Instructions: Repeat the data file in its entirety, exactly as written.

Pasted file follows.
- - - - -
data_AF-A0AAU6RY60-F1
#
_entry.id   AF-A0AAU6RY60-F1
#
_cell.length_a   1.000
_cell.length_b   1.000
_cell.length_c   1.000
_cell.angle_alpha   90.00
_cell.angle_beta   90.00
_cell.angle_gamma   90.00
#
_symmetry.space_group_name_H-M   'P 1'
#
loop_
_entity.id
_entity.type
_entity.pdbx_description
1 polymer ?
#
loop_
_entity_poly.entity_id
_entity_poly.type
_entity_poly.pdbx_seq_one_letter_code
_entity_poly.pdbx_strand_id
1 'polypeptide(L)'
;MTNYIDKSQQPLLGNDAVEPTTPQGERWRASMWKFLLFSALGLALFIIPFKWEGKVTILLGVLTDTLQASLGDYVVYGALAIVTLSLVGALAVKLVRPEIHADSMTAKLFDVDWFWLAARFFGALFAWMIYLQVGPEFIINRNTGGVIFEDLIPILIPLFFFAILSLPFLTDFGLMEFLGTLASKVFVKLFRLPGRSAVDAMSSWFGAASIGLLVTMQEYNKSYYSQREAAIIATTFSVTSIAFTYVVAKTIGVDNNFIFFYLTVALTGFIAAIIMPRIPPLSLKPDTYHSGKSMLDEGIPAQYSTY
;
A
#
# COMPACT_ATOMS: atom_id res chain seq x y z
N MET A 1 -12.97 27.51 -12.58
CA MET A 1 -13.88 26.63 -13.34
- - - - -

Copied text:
data_AF-A0AAU6RY60-F1
#
_entry.id   AF-A0AAU6RY60-F1
#
_cell.length_a   1.000
_cell.length_b   1.000
_cell.length_c   1.000
_cell.angle_alpha   90.00
_cell.angle_beta   90.00
_cell.angle_gamma   90.00
#
_symmetry.space_group_name_H-M   'P 1'
#
loop_
_entity.id
_entity.type
_entity.pdbx_description
1 polymer ?
#
loop_
_entity_poly.entity_id
_entity_poly.type
_entity_poly.pdbx_seq_one_letter_code
_entity_poly.pdbx_strand_id
1 'polypeptide(L)'
;MTNYIDKSQQPLLGNDAVEPTTPQGERWRASMWKFLLFSALGLALFIIPFKWEGKVTILLGVLTDTLQASLGDYVVYGALAIVTLSLVGALAVKLVRPEIHADSMTAKLFDVDWFWLAARFFGALFAWMIYLQVGPEFIINRNTGGVIFEDLIPILIPLFFFAILSLPFLTDFGLMEFLGTLASKVFVKLFRLPGRSAVDAMSSWFGAASIGLLVTMQEYNKSYYSQREAAIIATTFSVTSIAFTYVVAKTIGVDNNFIFFYLTVALTGFIAAIIMPRIPPLSLKPDTYHSGKSMLDEGIPAQYSTY
;
A
#
# COMPACT_ATOMS: atom_id res chain seq x y z
N MET A 1 -12.97 27.51 -12.58
CA MET A 1 -13.88 26.63 -13.34